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Software development

The History and Impact of Node.js

It is often taken for granted the speed and smoothness with which the web is delivered to us these days. For many users, the days in which web pages took sometimes minutes to load are faded memories. There are a number of innovations that have allowed computers and web designers to keep up with the ever-expanding desires that modern users log on with. One of the most impactful of such innovations is Node.js. For many, Node.js is utterly invisible, but almost everyone has had their enjoyable web browsing session enabled by Node.js at some point or another.

What is Node.js anyway?

Node.js is a run-time environment for JavaScript that facilitates a server-side solution to JavaScript code execution instead of browser-based (client-side) solutions. In more simple terms, Node.js makes it possible for websites to run much smoother across all browsers and devices since the JavaScript code is being handled by the hosting server.

Node has helped significantly improve the user experience of websites and web apps that require significant numbers of inputs and outputs. Websites and apps such as streaming services, games, and chat services have been greatly empowered by Node’s impressive asynchronous I/O capabilities. Asynchronous I/O refers to a framework’s ability to continue to process certain functions even if there are inputs and outputs missing at certain points along the function’s execution. This type of I/O handling allows for programs and websites that require a great amount of user interaction (like a chat app for which user interaction is almost all of the app’s purpose.)

Node.js is structured around “event-driven architecture” which is a technique of designing software that prioritizes creation, identification, and interaction with events. Events are significant changes in the state of a function or program. For example, a task within a program going from “incomplete” to “complete” could be considered an event.

Who Created Node.js and How Is It Managed Now?

Node was created by Ryan Dahl in 2009. It has since undergone numerous build variations and has been adopted by a great number of Fortune 500 tech companies including Netflix and Paypal. Original versions of Node only worked on OSX and Linux systems, and Windows did not receive support until 2011. Previous to Node’s creation, other server-side JavaScript run-time environments suffered from inefficiencies that either slowed down processes significantly or overloaded clients in order to dampen the effects of synchronous I/O.

Originally, Dahl managed maintenance and development alone but was shortly afterward sponsored by cloud infrastructure company Joyent. Node has always been an open-source project, but the influence of Joyent eventually led to a split in the community. Io.js was a fork of Node.js created in late 2014 whose creator, Fedor Indutny, hoped to take in a different direction.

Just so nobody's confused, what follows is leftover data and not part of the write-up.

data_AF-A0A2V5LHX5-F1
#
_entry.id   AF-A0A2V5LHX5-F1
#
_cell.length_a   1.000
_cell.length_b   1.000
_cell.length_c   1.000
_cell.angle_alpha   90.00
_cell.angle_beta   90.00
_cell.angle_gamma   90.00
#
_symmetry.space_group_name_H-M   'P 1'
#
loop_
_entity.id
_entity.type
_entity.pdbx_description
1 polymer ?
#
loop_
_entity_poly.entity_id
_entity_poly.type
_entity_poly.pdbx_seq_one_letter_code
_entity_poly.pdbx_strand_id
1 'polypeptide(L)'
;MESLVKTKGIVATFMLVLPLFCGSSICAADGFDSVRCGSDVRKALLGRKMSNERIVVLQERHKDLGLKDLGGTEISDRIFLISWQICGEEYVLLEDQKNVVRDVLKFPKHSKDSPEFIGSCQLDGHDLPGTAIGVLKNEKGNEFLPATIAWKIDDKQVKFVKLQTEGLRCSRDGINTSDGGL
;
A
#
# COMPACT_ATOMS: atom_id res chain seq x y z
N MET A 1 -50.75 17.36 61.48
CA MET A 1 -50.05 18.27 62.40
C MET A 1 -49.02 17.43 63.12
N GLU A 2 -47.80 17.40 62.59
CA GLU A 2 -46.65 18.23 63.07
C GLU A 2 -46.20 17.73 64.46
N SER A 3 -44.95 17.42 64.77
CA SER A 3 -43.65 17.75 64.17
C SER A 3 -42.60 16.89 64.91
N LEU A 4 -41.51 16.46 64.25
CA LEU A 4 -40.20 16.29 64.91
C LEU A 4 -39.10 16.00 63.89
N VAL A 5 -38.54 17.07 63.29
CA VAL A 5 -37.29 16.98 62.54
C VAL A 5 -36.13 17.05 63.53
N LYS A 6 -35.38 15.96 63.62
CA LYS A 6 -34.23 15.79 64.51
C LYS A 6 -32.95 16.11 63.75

Shortly after this split, however, discussions began between the Node and io communities resulting in a merger and the creation of the neutral “Node.js Foundation.” To this day, the Node.js Foundation manages development and maintenance and protects its place in the open-source community. Io.js is no longer being updated and has fully integrated back into Node.

Internally, Node.js Foundation is, in regards to the future designs of the Node framework, democratically run by a group known as the Technical Steering Committee. The TSC has limitations for membership that prevent a single company from taking full control of the leadership but otherwise are allowed to add or remove members by committee votes. The TSC follows a model of consensus-seeking that ensures that all objections are voiced and heard. A vast majority of the Foundation’s function is under the jurisdiction of the TSC.

The Foundation itself does have a board of directors which is comprised of representatives of corporate sponsors, an elected TSC member, and a representative of individual members of the Foundation. The current chair, Danese Cooper, is a Distinguished Member of Technical Staff for the open source department of Paypal, and the vice-chair is Scott Hammond, CEO of Joyent. Given the past community disagreements, corporate involvement has been tempered by the TSC.

What has Node Enabled on the Web?

Node’s largest impact has been, as explored in short above, in companies and communities that are running programs requiring particularly high numbers of I/O operations. Netflix, Paypal, LinkedIn, and GoDaddy are a few companies that have adopted Node. Node’s focus on reducing latency and handling HTTP with primacy has made it incredibly popular for improving site performance and scalability. With JavaScript’s almost ubiquitous presence on the web, Node.js brought a lot to the table with regard to user experience improvement and overall efficiency of websites and apps.

Interested in exploring Node.js adoption? Our experts can help you decide if adopting Node.js is the right path for your website or web app. Our staff is devoted to expertise and innovative thinking. Come visit us today at!


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